NEW YORK - For now, it's a committee of four. It could grow to five.
. . . Unless Antonio Alfonseca makes the setup role his own.
Alfonseca's 1-2-3 eighth inning last night preserved a 5-2 lead for starter Adam Eaton and gave closer Tom Gordon the game in the ninth. It was the first time the Phillies, thanks to three bullpen blowups, exited a close game with a win. Alfonseca isn't getting too comfortable.
Asked afterward if he had a setup man, Phillies manager Charlie Manuel replied, "We had one tonight."
In no particular order, Phillies relievers Ryan Madson, Geoff Geary, Alfonseca and Matt Smith - the only lefthander - will be called upon to pitch in front of closer Gordon.
As soon as the Phillies believe he is ready, former No. 1 starter Jon Lieber will be added to the mix despite his atrocious debut Monday, when he entered in the eighth with the bases loaded and turned a one-run deficit into a six-run deficit.
"The other day, I didn't want to use him," manager Charlie Manuel said. "I think Lieber can pitch in the back of the bullpen when he gets used to it. Maybe the seventh and the eighth. [But] That's a role we've got to work him into."
It's a role Madson worked into in spring training and one Geary worked into late last season.
After taking losses in the first two games Madson appears to have lost his edge. A bullpen standout in 2004 and 2005, Madson flopped as a starter last year and has yet to regain the form he had as a rookie and sophomore.
"I told him he'd get chances," Manuel said.
Geary got his chance Monday. With a one-run lead he was allowed to hit for himself in the top of the eighth after finishing the seventh, then imploded.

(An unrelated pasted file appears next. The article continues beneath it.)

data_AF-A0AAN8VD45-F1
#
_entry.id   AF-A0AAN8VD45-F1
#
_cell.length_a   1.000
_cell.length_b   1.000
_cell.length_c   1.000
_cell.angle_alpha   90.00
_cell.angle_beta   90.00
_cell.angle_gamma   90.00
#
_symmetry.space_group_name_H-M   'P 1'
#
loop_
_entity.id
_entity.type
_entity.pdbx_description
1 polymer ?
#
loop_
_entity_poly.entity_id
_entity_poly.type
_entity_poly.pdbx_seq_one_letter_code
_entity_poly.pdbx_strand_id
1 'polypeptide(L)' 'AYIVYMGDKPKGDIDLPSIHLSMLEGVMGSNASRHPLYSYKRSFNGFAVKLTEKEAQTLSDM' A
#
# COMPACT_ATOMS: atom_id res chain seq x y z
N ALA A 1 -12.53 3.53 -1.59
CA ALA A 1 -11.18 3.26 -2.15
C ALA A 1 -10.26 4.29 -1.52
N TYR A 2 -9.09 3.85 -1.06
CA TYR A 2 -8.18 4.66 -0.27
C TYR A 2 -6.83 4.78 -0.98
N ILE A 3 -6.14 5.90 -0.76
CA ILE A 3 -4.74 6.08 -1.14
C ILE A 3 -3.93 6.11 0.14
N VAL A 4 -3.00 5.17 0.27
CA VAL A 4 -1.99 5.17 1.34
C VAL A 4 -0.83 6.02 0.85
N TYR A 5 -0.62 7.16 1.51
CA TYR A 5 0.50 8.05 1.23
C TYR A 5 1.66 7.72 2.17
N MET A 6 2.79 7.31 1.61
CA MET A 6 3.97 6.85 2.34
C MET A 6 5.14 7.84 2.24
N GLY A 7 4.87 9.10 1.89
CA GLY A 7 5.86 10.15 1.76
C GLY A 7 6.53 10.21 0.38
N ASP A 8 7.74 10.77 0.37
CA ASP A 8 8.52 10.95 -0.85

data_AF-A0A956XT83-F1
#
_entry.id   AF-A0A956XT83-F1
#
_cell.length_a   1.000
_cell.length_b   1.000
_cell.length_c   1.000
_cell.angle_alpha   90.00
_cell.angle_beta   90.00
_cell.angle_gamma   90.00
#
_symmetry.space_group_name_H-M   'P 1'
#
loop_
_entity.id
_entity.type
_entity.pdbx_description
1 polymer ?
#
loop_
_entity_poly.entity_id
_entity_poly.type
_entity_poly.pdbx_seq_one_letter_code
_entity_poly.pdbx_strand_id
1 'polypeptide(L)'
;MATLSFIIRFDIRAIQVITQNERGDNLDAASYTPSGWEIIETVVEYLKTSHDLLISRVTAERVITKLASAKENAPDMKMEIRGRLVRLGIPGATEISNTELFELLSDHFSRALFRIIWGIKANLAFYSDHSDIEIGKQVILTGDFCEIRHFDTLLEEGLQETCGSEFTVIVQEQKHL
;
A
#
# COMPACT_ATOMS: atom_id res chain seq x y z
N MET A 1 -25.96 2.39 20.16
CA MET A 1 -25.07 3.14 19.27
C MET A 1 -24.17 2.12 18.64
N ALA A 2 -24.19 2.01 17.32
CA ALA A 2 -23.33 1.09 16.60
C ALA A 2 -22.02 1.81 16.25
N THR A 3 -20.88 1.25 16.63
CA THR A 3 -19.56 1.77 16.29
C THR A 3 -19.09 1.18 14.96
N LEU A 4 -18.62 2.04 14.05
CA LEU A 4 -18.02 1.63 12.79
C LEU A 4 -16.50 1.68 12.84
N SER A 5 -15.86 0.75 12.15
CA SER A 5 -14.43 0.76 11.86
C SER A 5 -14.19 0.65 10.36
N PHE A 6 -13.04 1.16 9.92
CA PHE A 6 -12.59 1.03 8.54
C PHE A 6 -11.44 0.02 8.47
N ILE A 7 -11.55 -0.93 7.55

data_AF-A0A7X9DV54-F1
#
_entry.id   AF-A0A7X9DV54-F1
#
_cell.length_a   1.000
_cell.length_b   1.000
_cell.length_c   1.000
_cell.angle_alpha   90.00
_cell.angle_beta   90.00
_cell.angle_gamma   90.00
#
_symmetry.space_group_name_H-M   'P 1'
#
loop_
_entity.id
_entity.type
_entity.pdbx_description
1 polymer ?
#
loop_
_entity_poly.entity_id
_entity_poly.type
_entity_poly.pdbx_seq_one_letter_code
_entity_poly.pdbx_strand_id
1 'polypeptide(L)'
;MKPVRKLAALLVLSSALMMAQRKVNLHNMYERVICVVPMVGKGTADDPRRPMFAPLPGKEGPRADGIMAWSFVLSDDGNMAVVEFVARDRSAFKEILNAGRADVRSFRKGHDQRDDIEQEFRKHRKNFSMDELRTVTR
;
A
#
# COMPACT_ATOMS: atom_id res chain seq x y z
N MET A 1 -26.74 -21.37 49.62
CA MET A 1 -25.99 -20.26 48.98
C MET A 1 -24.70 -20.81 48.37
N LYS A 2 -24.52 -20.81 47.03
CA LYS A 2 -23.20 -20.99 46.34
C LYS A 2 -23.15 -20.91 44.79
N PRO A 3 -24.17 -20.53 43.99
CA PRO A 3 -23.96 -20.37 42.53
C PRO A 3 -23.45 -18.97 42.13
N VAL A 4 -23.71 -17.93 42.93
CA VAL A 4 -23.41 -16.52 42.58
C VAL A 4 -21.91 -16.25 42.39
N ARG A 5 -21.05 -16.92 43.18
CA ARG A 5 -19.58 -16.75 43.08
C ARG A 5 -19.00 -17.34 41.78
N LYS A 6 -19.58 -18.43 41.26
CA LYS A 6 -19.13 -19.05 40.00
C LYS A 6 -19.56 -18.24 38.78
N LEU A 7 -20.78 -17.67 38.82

Now, it's anybody's job. It depends on how the Phils match up against the opposition's lineup.
"In some ways, I like matchups," Manuel said.
In every way, it was clear, he wishes he had a designated setup man. Now, he might.
Alfonseca was signed in January after elbow problems cost him most of 2006, a hopeful answer to the Phillies' questions in the spots ahead of Gordon. He was the sole bullpen addition.
Manuel was unimpressed with Alfonseca's velocity and command in spring training, so Madson got the first chance. Alfonseca agreed last night with Manuel that, in his last two outings, he has been sharper and throwing harder.
He agrees with Manuel that he needs a few more outings to claim any defined role.
"Charlie can use me whenever he wants," said Alfonseca, who will be 35 on Monday. "It doesn't bother me."
Freddy Garcia threw 70 pitches in a simulated game Tuesday in Clearwater, where his final rehab start was rained out. He will come off the 15-day disabled list and be inserted into the rotation Sunday against Houston behind Cole Hamels and ahead of Adam Eaton. He will be limited to 85 or 90 pitches, said pitching coach Rich Dubee.
Garcia says he hasn't felt pain in his strained right biceps since spring training. In fact, he said, he feels better now than he did all spring.
That's good news for the Phillies, since Garcia hasn't thrown a pitch in a game over 91 mph since they traded for him in December. Despite the pitch-count limitation, Garcia, who has logged at least 200 innings in seven of his eight seasons, expects to be a horse.
"When I start pitching, I want to pitch eight innings every time," Garcia said.
Ryan Howard appeared with a slew of celebrities when he taped a commercial for the Super Bowl, but his solo appearance on the "Late Show with David Letterman" Tuesday gave him more goosebumps.
"Because you've got a live audience," Howard said.
And because it's all you:
"You grow up watching these shows, watching certain things, like David Letterman, and now you're doing it - it's kind of surreal."